Overall SNG usage has drastically decreased in significance as new methods of delivering live content have evolved over the last decade. Delivering content over mobile networks such as bonded cellular (3G, 4G) being one of the key developments.

Q: What effect have cellular networks had on CNA's newsgathering operations?

A: Overall the impact of cellular networks has been very positive. It is simpler than using satellite uplink for example, and in theory more cost effective.

Channel NewsAsia Correspondent
Sujadi Siswo and Presenter Glenda
Chong prepping up for a “live” cross
Using bonded cellular methods (basically multiple SIM cards) you can run good quality video over 3G and 4G networks. This technology is developing fast and there are now numerous systems which allow newsgathering with this method. You compare this historically with using microwave (which needs line of sight) or BGAN (which requires a small dish to uplink) or SNG, cellular networks are allowing us to do more due to the lower cost and ease of use.

However, there are limitations. Firstly, it is not always reliable, as you are sharing the network with all other users and at times you cannot get a strong enough signal to transmit at the bit rate you require. Additionally, not all countries are the same, particularly in Asia where you may have good 3G/4G coverage in one country but across another border you have very little. Then you have to rely on BGAN or back to SNG.

Q: Which broadcast cameras does CNA favour for its video journalists and why?

A: For our newsgathering, we use Panasonic P2HD cameras, mainly due to ease of use and reliability of the P2 format. P2 uses cards, similar to large SD cards to store the video and audio data. These are robust and record in a format (MXF) which is widely accepted. As there are no physical moving parts, reliability is high. We are however keeping a close eye on cameras with IP connectivity allowing data transfer over FTP via either wifi or broadband and even live streaming.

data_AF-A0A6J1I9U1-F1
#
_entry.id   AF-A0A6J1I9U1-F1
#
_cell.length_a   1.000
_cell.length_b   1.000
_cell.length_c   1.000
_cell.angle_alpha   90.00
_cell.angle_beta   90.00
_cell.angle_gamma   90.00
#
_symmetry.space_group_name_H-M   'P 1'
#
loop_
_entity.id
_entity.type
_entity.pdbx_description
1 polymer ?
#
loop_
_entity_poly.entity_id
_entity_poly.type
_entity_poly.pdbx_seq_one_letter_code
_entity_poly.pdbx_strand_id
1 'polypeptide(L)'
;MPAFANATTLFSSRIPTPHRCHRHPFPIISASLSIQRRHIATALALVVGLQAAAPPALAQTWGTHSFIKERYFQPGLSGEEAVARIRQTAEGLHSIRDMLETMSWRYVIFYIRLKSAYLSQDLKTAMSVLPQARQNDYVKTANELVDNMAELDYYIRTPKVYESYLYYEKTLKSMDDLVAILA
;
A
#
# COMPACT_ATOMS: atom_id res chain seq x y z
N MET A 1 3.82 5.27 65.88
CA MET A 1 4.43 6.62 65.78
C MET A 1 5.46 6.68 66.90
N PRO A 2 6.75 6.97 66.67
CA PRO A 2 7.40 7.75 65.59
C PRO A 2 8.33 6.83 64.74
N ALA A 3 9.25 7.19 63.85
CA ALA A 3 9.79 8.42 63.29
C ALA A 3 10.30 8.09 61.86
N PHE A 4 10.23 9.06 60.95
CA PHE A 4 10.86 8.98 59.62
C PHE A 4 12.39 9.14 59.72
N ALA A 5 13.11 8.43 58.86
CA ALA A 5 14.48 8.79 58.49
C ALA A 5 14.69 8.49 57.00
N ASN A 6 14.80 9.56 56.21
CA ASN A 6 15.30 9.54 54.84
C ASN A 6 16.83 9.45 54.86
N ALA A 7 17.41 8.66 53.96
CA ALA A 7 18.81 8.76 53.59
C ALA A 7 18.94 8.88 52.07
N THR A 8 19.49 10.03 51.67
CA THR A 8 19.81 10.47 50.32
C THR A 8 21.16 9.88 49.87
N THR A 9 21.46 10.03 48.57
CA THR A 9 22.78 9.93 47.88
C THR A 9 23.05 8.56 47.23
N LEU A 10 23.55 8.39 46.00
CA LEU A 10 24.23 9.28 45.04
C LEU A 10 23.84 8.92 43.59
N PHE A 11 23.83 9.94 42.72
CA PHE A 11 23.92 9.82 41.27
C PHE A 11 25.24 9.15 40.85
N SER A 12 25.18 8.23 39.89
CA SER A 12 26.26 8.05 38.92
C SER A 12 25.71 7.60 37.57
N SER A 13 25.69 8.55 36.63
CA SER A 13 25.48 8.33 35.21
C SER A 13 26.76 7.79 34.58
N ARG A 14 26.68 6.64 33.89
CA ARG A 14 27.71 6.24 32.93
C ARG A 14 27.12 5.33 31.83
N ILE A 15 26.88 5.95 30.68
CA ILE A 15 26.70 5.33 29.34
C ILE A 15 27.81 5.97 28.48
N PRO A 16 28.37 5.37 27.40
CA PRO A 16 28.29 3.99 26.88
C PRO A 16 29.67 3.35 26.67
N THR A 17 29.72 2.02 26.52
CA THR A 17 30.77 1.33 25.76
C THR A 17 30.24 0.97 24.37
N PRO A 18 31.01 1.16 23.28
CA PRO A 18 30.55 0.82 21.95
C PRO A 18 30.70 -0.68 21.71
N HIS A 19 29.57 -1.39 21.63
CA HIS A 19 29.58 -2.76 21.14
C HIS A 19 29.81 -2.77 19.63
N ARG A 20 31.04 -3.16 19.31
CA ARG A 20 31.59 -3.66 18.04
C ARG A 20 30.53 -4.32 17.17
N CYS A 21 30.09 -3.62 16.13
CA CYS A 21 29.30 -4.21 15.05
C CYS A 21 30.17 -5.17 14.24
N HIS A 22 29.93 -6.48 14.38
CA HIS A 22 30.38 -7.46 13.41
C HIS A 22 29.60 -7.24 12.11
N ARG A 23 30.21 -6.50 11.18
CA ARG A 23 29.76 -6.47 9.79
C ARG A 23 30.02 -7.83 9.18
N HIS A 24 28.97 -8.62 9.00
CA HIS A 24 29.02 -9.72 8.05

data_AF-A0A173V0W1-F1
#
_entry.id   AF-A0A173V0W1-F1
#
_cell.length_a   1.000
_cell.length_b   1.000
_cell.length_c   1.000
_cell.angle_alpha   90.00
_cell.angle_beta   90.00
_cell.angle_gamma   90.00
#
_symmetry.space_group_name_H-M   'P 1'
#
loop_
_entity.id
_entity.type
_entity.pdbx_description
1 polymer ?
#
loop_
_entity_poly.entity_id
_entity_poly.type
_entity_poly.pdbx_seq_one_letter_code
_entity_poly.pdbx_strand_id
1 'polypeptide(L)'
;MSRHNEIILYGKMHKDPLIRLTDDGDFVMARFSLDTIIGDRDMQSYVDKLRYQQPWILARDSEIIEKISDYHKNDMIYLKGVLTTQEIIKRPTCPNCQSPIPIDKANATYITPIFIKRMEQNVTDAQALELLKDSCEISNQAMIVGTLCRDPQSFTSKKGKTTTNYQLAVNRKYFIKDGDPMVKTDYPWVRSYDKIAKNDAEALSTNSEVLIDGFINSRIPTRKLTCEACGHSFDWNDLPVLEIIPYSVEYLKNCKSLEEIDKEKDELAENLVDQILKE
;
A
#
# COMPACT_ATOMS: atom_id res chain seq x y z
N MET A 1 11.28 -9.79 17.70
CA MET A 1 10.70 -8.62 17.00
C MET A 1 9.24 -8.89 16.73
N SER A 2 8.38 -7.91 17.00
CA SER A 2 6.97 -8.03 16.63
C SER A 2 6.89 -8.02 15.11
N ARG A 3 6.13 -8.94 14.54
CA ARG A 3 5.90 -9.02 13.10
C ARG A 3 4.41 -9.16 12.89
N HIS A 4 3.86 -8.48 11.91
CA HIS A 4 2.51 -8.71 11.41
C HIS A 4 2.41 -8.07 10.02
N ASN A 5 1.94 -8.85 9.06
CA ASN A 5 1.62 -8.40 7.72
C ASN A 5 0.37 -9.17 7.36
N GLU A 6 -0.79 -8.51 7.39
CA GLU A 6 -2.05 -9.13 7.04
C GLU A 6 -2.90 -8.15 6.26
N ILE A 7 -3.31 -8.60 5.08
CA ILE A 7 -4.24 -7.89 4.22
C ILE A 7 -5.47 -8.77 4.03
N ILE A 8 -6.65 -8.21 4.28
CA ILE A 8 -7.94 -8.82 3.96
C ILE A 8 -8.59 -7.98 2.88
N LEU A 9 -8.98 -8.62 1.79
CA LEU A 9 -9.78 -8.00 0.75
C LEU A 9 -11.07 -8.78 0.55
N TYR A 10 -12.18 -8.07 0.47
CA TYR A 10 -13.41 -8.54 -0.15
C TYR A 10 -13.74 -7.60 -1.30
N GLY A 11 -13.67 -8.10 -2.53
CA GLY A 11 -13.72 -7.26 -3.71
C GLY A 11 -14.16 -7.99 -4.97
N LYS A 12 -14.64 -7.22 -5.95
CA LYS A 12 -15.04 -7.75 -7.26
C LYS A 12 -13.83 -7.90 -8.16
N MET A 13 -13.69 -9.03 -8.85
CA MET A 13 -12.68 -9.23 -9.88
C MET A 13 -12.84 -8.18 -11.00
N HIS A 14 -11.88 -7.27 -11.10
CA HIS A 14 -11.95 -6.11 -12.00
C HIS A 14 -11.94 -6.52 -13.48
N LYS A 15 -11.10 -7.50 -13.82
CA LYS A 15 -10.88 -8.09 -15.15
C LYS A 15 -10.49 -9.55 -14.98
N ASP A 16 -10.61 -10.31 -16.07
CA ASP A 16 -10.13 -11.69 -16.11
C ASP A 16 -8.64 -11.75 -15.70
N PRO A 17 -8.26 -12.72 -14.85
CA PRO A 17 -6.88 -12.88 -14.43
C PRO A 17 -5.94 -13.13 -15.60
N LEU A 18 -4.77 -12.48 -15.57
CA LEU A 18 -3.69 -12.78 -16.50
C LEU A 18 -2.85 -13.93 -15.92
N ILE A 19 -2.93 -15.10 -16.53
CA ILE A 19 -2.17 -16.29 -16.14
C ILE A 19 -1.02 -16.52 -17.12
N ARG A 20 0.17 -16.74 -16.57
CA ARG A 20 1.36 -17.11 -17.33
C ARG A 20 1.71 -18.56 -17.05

We also have access to other cameras, whether this be Sony F5 or Canon 5D. These tend to be used more on our current affairs or documentary programming.

Q: Has new technology enabled CNA to reduce its expenditure considerably on satellite feeds from the bureaux?

Channel NewsAsia Presenter Glenda
Chong in Yangon using a Panasonic P2HD
camera connected to a laptop with LiveWire
software with uplink via BGAN terminal.

A: With 13 bureaus around Asia the cost to connect all of these on fibre or satellite would be extremely high and as such we would have to be very selective. Using IP delivery is considerably cheaper allowing us to connect all of our sites for minimal expenditure.

Most companies will already have an existing IP network to run their desktop computers and internet based usage. All we are doing is expanding on this rather than using different technology for broadcast. Of course, we separate the networks to ensure stability. The technology allows us to deliver news content direct from these regions improving the depth of our coverage. In turn, we can be smarter with our news-gathering, doing more, with faster and better quality.

Q: Which technologies is CNA currently investigating to further enhance its newsgathering operations?

A: Everyone has the potential to be a cameraman/reporter now with cellphones becoming more and more powerful. Among other things, we are in the midst of rolling out live streaming applications from cellphones which would allow all staff to basically be able to feed live video streams if they are at a newsworthy event. In addition, live video feeds from drones which we can remotely fly over areas/events could give us a unique view. We have used these for some of our current affairs programmes. We have to research on how to enhance news gathering with this technology.
  • Log In
  • Help